For Dessert and Coffee

Ice cream from Crem Dela Crem
Ice cream from Crem Dela Crem - Crem Dela Crem

Pasteleria San Antonio

Peru has so many treats to try while you’re traveling, and this old-school pastry shop makes them all impeccably well. While also serving sandwiches and pizzas, the sweets are the real stars here. Before you order, check out all the goodies in the dessert cases to decide what looks best, then grab a table in the adjoining room. Some of our favorites: alfajores (shortbread cookie sandwiches with manjar blanco, also called dulce de leche), passionfruit semifreddo and lucuma ice cream. Never heard of lucuma? It’s a native fruit that tastes like maple syrup, a delicious surprise.

Pasteleria San Antonio
Avenida Vasco Núñez de Balboa 770, Miraflores. Tel. (51) 1-626-1303

Tostaduría Bisetti

Now that you’re in the land where coffee grows, you’ll want to head to the best café around. Since the 1950s, that’s been Tostaduría Bisetti, in hip Barranco, which was opened by Rómulo Bisetti, a Peruvian whose family hailed from Italy. In other words, long before specialty coffee was available around the world, this Italian-style roaster and café was focusing on sourcing high-quality Peruvian beans, roasting them to perfection and serving them in espressos, lattes and cappuccinos. Now grandson David Torres Bisetti runs the show, offering not only coffee drinks and desserts but also coffee-tasting events, acoustic concerts and more.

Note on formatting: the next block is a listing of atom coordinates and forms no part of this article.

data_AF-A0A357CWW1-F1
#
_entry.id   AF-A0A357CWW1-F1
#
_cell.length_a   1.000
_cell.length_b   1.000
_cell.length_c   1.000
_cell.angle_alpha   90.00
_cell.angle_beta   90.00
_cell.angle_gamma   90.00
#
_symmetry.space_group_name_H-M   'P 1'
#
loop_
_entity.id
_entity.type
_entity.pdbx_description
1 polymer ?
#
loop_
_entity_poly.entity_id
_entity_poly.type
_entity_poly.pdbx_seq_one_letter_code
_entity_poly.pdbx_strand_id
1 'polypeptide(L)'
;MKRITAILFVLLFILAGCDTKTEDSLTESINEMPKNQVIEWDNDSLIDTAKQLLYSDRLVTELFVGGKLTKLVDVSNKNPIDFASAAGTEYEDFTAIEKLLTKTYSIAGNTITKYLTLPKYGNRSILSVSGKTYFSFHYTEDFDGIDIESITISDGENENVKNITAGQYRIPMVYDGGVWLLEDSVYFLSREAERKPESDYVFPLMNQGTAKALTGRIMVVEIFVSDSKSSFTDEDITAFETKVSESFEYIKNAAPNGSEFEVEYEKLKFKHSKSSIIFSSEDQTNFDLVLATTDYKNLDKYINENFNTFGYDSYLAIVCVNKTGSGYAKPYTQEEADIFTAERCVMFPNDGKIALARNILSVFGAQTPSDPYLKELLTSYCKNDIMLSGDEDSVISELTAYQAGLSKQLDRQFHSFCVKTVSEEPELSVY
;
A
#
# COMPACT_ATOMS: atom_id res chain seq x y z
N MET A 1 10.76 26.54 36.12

Tostaduría Bisetti
Avenida Pedro de Osma 116, Barranco. Tel. (51) 1-713-9565

Crem dela Crem

Since 2015, this Barranco shop has been scooping some of the best gelato in the city. Co-owned by three friends, who either trained at Le Cordon Bleu or worked at Astrid y Gastón, the tiny café focuses on traditional Italian flavors like fior di latte and gianduja, with Peruvian staples like granadilla (a type of passion fruit) and lucuma con alfajores thrown in for good measure. If you’re not in an ice cream sort of mood, try the impeccable lemon pie, piled high with meringue. Note that you order and pay in the adjoining pastry shop, then circle back to choose your flavors. If it’s a nice day, sit outside on the benches or in the park across the street.

Crem dela Crem
Parque Municipal 109, Barranco. Tel. (51) 1-396-2124

Bar Inglés

You’ve probably had a pisco sour, but have you had a pisco sour in the place where the drink may have been invented? It's hard to know if that's the truth or the stuff of legend, but this luxe bar in San Isidro’s Country Club Lima Hotel is famous for Peru’s most beloved cocktail, served here by one of the many dapper, bow-tie-clad bartenders. Regardless, the British gentlemen’s club atmosphere and solid drinks are the ritziest way to start off an evening — or end one in style.

Bar Inglés
Calle Los Eucaliptos 590, San Isidro. Tel. (51) 1-611-900

By Megan Giller Hideaway Report Contributor